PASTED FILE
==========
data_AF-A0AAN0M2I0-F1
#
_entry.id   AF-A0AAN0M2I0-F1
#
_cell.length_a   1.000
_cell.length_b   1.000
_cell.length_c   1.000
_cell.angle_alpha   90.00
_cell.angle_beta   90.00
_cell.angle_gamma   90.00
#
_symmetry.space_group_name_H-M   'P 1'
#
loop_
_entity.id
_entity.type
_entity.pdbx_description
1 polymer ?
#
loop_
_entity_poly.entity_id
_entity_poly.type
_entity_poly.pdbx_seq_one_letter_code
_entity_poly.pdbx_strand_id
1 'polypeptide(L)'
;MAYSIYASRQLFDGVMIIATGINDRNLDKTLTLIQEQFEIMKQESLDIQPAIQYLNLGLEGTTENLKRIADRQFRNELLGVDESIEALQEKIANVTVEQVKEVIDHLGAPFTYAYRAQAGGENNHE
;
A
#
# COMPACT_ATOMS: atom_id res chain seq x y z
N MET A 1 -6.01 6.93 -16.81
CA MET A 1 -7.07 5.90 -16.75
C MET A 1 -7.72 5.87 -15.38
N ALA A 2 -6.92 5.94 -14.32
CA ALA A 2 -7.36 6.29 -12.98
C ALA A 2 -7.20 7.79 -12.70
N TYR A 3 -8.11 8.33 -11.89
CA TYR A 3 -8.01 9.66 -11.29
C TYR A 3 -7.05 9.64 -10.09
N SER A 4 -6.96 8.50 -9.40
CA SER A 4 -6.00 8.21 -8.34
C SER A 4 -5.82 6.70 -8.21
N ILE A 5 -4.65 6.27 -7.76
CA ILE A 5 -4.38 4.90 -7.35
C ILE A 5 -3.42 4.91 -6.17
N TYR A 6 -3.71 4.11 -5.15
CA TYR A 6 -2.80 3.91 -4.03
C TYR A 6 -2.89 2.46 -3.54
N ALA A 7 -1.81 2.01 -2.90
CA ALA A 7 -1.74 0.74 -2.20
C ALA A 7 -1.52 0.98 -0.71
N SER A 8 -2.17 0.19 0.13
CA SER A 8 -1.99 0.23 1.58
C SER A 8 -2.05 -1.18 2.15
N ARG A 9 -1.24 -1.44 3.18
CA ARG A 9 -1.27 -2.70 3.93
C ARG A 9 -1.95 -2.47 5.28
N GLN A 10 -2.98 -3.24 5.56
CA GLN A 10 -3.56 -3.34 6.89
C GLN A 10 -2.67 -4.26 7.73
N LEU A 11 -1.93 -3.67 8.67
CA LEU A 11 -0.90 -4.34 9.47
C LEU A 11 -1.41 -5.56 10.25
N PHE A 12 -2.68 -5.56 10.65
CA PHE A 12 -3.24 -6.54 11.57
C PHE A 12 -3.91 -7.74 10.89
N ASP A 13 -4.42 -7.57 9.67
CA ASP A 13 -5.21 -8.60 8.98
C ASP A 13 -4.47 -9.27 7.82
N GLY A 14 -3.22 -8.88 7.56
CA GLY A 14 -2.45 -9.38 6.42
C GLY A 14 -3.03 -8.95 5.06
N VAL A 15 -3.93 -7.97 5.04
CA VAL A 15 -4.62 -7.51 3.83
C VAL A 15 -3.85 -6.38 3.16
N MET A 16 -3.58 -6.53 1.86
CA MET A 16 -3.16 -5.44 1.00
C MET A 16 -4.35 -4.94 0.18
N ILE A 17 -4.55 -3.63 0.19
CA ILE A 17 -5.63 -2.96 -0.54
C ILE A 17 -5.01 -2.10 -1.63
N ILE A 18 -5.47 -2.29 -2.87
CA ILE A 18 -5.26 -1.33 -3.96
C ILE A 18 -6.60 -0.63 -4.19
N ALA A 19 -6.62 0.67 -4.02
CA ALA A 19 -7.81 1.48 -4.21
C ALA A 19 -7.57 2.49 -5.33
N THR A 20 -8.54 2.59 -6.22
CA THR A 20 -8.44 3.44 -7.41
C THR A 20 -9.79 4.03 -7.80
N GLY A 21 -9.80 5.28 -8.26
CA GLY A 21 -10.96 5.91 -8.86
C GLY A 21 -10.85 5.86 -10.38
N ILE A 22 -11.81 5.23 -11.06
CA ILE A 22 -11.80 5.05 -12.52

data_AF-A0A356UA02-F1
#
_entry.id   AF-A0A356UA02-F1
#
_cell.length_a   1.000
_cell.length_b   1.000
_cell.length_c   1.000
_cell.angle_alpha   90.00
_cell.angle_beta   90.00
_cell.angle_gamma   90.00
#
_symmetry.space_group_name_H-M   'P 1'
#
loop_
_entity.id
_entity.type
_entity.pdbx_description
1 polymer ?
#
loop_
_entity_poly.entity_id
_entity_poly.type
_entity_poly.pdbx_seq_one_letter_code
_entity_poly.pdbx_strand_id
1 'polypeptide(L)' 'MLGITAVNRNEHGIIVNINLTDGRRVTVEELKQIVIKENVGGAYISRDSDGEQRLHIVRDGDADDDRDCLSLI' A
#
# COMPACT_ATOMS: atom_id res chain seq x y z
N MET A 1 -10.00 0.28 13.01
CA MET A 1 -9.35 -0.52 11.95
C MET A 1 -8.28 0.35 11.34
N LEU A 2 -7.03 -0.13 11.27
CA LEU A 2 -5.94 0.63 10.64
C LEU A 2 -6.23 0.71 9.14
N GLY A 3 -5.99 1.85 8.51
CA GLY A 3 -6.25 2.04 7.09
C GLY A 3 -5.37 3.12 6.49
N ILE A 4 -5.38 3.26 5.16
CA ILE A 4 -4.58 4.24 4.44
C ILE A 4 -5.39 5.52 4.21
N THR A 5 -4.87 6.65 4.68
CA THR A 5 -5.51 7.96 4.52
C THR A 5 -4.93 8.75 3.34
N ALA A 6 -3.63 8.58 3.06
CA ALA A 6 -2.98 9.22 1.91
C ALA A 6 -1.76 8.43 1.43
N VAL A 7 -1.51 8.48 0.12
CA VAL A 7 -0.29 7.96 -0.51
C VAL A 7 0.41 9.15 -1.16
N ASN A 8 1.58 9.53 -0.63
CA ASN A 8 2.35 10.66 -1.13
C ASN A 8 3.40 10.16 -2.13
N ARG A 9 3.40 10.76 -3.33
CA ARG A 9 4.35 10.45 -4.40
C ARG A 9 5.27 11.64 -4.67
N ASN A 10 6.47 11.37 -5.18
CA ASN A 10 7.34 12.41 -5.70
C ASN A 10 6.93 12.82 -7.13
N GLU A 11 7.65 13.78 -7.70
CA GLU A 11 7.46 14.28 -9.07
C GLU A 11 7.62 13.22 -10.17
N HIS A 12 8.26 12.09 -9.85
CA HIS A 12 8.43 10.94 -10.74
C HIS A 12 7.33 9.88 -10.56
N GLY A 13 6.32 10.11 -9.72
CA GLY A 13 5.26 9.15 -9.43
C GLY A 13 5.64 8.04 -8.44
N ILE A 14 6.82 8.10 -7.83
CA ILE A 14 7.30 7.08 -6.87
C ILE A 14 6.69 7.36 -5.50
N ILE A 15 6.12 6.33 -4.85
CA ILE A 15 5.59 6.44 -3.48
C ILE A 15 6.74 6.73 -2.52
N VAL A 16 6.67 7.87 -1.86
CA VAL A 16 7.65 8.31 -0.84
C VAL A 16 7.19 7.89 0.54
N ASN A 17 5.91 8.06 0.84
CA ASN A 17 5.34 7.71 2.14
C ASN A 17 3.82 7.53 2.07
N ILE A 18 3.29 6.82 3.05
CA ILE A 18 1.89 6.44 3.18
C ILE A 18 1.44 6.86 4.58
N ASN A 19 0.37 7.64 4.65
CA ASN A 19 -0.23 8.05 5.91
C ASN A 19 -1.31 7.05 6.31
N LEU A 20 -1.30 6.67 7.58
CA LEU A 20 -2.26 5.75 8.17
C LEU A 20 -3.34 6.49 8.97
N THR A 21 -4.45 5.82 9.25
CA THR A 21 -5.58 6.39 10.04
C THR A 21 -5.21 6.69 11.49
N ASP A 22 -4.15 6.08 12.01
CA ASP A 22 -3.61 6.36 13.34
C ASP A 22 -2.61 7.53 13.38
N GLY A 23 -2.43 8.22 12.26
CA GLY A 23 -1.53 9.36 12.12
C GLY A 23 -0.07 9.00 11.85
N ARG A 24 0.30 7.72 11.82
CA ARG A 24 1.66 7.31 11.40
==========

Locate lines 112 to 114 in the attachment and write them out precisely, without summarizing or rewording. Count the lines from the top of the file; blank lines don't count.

_entity.pdbx_description
1 polymer ?
#